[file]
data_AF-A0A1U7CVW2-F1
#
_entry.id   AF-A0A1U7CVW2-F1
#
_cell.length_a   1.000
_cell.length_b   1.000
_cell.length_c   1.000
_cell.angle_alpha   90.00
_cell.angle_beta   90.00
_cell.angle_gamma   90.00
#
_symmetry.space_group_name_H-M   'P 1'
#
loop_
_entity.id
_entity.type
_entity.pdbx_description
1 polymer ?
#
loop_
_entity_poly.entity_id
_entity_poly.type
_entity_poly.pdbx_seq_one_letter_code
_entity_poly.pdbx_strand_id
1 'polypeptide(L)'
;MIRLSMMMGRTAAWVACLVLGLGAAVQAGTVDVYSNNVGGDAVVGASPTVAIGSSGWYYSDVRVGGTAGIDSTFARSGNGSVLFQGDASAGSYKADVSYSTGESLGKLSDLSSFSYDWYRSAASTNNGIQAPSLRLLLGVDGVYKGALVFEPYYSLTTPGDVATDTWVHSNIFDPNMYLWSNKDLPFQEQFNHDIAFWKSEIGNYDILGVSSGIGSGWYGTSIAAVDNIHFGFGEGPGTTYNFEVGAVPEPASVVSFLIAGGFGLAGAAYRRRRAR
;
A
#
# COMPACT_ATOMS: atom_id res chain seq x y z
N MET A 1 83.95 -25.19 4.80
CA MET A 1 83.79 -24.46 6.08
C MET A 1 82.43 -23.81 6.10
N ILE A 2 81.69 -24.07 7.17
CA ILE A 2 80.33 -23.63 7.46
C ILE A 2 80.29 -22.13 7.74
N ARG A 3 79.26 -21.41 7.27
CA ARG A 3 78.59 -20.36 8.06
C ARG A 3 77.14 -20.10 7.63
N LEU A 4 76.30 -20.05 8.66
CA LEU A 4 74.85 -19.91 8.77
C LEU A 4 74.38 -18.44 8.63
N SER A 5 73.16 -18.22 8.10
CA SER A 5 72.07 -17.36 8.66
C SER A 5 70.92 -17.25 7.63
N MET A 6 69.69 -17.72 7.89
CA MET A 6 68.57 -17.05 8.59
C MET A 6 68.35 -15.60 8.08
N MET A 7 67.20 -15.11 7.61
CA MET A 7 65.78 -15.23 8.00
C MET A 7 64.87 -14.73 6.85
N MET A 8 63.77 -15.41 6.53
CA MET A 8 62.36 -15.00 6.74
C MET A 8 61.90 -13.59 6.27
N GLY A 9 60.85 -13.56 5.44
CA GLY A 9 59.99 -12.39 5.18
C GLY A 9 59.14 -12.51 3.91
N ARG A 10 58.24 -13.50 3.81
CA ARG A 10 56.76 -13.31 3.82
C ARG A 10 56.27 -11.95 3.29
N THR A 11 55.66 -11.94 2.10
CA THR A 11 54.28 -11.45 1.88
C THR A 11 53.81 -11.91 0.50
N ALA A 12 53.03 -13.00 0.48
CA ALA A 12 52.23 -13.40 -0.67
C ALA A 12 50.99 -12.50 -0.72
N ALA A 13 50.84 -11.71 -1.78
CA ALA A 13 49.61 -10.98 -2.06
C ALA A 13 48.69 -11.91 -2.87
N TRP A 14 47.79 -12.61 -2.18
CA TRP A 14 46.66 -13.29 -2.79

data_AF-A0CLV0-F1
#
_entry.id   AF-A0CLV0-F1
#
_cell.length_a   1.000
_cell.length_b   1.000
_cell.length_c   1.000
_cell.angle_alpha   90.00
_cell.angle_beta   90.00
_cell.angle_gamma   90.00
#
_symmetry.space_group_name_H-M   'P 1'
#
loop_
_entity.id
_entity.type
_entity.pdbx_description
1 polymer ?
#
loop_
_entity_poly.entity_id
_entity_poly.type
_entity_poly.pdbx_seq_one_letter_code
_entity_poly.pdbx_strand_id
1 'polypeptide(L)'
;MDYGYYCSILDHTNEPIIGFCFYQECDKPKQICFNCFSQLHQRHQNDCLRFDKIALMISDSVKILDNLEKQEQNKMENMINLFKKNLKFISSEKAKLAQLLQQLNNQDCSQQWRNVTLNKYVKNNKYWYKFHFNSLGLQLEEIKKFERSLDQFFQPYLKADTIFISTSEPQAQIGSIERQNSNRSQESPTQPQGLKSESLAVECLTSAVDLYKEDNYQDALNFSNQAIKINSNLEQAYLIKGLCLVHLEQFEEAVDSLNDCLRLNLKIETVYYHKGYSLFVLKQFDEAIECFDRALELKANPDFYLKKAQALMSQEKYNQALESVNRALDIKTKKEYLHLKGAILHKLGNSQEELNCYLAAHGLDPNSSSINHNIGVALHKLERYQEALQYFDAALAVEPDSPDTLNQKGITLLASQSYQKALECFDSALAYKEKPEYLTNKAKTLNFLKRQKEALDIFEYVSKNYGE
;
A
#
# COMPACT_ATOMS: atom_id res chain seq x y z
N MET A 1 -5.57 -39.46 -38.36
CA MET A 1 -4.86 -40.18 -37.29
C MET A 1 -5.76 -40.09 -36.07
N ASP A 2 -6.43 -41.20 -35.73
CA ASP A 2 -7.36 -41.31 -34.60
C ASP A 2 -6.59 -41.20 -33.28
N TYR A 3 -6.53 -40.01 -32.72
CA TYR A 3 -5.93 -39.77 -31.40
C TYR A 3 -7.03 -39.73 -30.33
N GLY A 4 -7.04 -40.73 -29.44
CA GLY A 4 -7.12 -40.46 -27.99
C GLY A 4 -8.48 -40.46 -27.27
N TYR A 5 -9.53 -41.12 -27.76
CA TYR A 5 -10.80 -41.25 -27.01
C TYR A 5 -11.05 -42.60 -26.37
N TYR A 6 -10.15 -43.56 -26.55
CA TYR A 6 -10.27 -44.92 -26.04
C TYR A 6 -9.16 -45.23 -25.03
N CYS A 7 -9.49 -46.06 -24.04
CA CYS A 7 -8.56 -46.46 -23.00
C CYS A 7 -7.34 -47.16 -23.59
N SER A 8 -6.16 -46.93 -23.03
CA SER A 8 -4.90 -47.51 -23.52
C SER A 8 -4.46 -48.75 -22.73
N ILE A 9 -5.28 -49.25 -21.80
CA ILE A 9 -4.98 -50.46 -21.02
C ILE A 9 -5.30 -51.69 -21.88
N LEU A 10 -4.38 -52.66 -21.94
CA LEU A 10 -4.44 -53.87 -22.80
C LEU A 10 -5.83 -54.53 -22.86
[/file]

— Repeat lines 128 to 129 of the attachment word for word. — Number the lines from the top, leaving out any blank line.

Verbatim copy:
C ILE A 9 -5.30 -51.69 -21.88
N LEU A 10 -4.38 -52.66 -21.94